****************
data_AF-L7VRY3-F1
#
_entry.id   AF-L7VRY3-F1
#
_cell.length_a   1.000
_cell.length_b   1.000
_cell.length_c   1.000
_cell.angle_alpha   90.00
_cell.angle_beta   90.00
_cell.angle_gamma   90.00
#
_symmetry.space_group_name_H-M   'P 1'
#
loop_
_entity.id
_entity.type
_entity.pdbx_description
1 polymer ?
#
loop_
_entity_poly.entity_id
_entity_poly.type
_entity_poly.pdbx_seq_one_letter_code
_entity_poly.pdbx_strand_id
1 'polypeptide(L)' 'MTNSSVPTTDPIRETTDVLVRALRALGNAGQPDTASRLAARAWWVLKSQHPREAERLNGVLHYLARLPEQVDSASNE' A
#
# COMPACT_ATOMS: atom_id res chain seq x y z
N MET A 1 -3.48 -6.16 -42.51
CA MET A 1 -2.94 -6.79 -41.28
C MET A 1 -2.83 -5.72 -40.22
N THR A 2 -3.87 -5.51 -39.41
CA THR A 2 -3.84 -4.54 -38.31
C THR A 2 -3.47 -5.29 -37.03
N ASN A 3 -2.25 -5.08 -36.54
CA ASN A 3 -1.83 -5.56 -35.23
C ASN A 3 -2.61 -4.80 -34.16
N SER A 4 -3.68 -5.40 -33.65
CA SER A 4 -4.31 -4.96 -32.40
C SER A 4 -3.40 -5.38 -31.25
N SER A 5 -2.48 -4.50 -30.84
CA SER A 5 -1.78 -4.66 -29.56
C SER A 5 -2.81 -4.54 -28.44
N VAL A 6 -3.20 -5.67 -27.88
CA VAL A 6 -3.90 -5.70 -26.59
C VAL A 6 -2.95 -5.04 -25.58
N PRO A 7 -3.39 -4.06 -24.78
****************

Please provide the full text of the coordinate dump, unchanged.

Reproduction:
data_AF-L7VRY3-F1
#
_entry.id   AF-L7VRY3-F1
#
_cell.length_a   1.000
_cell.length_b   1.000
_cell.length_c   1.000
_cell.angle_alpha   90.00
_cell.angle_beta   90.00
_cell.angle_gamma   90.00
#
_symmetry.space_group_name_H-M   'P 1'
#
loop_
_entity.id
_entity.type
_entity.pdbx_description
1 polymer ?
#
loop_
_entity_poly.entity_id
_entity_poly.type
_entity_poly.pdbx_seq_one_letter_code
_entity_poly.pdbx_strand_id
1 'polypeptide(L)' 'MTNSSVPTTDPIRETTDVLVRALRALGNAGQPDTASRLAARAWWVLKSQHPREAERLNGVLHYLARLPEQVDSASNE' A
#
# COMPACT_ATOMS: atom_id res chain seq x y z
N MET A 1 -3.48 -6.16 -42.51
CA MET A 1 -2.94 -6.79 -41.28
C MET A 1 -2.83 -5.72 -40.22
N THR A 2 -3.87 -5.51 -39.41
CA THR A 2 -3.84 -4.54 -38.31
C THR A 2 -3.47 -5.29 -37.03
N ASN A 3 -2.25 -5.08 -36.54
CA ASN A 3 -1.83 -5.56 -35.23
C ASN A 3 -2.61 -4.80 -34.16
N SER A 4 -3.68 -5.40 -33.65
CA SER A 4 -4.31 -4.96 -32.40
C SER A 4 -3.40 -5.38 -31.25
N SER A 5 -2.48 -4.50 -30.84
CA SER A 5 -1.78 -4.66 -29.56
C SER A 5 -2.81 -4.54 -28.44
N VAL A 6 -3.20 -5.67 -27.88
CA VAL A 6 -3.90 -5.70 -26.59
C VAL A 6 -2.95 -5.04 -25.58
N PRO A 7 -3.39 -4.06 -24.78